The Issue: The medical system has historically discriminated against women
The medical system has historically discriminated against women leaving them, misunderstood, mistreated and misdiagnosed. Over time, the limitations of a biomedical view of health as well as the concepts of sex and gender became central to advance our knowledge of women’s health, improve how research is conducted and make health research more impactful on the quality of life of women.
Definitions of Sex and Gender
Sex is defined as “biological and physiological characteristics that distinguish females from males” CIHR, 2010.
Gender, on the other hand, describes “socially constructed roles, relationships, behaviours, relative power, and other traits that society ascribe to women and men.”
The current gender ideology denies the biological reality of women, human adult females, by using language that deliberately creates confusion between sex and gender, as if they were interchangeable. This is harmful to women and girls in an alarming and growing number of ways.
Why does women's health matter?
By replacing sex with gender, the biological reality of women disappears as well as the social reality of being born women in a patriarchy and living our lives in societies designed and organized by men for men.
Erasing biological sex, erasing women: language identifying female anatomy and biology no longer reflects the specific experience of women. We are menstruators, chest-feeders, uterus-havers, people who get pregnant and people who give birth. More and more health care institutions are using this language to signal “inclusion” when in fact they are promoting the gender ideology agenda that dehumanizes women.
Replacing sex with gender, a concept, not a measurable and observable element, means that gathering and analyzing data will become impossible. Medical research is already biased against women, and now that anyone can identify with any gender they feel males will be able to participate in medical research and surveys as women. Without scientific rigor, based on biological realities, the physical well-being of women can be compromised and many of the gains made in the last decades in women’s health may be lost. Funding for women’s health research has always been lagging and will probably suffer more with the current push by governments and pharmaceutical companies to fund “inclusive” research.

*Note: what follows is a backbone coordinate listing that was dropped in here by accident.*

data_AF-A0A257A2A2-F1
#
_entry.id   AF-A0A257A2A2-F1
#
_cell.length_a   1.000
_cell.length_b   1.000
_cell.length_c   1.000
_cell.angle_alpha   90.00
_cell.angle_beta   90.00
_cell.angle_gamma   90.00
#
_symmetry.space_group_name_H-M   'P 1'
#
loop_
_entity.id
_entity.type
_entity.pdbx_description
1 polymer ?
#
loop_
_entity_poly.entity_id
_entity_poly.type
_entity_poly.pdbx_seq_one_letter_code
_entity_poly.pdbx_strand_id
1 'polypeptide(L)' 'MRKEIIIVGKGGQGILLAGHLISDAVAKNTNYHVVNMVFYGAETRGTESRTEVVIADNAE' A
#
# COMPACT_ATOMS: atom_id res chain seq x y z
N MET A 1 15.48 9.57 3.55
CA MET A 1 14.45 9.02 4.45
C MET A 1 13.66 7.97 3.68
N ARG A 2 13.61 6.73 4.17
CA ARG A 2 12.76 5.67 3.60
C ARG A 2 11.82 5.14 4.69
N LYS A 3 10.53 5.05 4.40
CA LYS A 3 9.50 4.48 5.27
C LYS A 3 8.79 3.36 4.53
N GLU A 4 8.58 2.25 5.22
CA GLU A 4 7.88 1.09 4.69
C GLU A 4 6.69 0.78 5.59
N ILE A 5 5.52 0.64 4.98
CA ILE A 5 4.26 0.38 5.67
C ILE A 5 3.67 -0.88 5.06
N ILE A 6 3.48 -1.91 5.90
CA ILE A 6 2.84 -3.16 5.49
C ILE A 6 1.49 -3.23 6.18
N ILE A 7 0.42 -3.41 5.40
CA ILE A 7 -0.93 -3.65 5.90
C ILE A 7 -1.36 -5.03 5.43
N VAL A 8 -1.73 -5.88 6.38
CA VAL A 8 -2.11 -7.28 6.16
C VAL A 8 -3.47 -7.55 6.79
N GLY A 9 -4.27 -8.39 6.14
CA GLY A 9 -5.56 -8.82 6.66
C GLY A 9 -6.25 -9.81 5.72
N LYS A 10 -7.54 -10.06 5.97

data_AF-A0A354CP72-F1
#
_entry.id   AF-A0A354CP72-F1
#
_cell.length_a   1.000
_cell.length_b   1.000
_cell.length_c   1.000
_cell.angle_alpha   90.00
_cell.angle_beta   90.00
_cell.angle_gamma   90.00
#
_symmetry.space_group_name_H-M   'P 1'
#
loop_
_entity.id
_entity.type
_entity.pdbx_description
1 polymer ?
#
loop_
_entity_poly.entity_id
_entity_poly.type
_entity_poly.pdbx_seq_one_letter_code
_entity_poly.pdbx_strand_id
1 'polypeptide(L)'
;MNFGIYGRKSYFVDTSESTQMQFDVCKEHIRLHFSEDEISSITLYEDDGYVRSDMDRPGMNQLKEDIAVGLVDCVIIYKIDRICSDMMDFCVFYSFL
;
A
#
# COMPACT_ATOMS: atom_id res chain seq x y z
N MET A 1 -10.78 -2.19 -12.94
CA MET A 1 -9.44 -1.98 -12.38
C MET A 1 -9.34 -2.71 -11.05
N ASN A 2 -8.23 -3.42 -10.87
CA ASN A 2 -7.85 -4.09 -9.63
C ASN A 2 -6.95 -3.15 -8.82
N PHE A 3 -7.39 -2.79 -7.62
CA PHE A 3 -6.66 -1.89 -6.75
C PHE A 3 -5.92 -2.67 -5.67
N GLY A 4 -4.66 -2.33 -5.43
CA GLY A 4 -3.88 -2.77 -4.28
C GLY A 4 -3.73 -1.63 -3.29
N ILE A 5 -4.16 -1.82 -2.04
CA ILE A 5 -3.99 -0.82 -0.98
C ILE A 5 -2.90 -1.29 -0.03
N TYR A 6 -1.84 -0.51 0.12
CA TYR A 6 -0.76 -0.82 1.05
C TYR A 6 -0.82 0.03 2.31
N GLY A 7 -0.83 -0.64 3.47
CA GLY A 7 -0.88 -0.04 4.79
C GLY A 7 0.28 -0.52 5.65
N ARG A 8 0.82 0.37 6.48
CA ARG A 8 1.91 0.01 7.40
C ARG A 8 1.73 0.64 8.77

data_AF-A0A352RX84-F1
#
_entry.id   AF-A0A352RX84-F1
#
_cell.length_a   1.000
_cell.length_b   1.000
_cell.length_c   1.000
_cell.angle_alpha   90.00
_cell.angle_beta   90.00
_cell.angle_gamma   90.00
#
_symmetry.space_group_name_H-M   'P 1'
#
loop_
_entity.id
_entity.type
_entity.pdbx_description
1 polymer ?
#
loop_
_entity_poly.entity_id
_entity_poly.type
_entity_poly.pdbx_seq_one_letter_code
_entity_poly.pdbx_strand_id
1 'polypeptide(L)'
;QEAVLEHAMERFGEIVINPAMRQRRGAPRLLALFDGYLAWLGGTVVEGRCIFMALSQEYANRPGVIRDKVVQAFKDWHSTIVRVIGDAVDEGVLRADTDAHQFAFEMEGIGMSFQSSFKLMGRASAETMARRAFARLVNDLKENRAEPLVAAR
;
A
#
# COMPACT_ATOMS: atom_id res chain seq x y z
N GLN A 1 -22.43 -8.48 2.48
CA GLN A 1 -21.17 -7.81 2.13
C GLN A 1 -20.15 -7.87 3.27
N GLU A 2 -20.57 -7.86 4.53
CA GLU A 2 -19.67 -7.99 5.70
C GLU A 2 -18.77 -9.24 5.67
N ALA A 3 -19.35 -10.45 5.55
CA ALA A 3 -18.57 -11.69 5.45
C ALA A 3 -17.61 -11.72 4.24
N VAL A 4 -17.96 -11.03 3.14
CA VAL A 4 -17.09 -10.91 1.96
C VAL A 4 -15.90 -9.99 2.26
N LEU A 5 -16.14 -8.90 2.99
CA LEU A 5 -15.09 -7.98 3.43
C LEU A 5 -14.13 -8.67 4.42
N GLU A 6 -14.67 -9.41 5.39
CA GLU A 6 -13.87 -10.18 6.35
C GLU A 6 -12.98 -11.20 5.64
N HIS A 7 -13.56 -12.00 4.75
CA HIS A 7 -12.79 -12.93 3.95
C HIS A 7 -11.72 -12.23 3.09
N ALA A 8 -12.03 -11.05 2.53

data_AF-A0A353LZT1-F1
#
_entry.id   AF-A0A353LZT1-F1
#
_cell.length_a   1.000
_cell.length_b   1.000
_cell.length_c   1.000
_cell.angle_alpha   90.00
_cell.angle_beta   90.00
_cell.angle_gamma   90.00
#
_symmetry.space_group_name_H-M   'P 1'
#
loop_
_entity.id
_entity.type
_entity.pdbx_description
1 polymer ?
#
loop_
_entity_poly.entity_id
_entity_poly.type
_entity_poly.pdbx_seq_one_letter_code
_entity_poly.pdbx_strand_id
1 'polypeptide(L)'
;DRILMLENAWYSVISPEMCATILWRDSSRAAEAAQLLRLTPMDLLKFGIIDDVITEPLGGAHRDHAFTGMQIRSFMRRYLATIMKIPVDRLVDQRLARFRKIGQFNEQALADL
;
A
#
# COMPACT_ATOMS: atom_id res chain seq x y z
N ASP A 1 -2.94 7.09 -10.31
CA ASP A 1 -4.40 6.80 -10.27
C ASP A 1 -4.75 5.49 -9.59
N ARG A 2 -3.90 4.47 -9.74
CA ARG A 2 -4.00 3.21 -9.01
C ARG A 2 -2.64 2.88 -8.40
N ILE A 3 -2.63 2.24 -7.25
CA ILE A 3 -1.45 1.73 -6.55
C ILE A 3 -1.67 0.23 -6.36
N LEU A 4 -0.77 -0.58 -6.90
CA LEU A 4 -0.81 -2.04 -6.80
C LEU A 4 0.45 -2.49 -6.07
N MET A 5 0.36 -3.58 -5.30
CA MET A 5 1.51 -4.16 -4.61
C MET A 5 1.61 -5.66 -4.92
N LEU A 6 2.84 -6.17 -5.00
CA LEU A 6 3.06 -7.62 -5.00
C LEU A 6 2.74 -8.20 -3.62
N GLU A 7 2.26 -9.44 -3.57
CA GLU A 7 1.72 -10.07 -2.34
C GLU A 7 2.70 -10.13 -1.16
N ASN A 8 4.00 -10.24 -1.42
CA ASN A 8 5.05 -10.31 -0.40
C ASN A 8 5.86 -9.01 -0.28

As women are gradually punished and chastised for using language describing their biological reality and for expecting female-centered care, the health care system is determined to impose the new policies and protocols. Women are expected to accept to share spaces with males who identify as women, or to accept intimate care from them.
What can we do about women's health?
Refuse language that dehumanizes us and takes away our biological reality. We are women, not menstruators or uterus-havers.
Refer to yourself as a woman – not a cis-woman or a cisgender woman. We are not a sub-category, we are one of the two sexes, women (adult female human) or men (adult male human). We were not “assigned a sex at birth” our sex is observed and recorded.
Read up on the differences between sex and gender to feel comfortable with the terms and be attentive to the ways that they are being used in society.
Speak up and let people know how you feel about these issue – you can do it through discussion or by writing on social media, writing to politicians, newspapers, etc.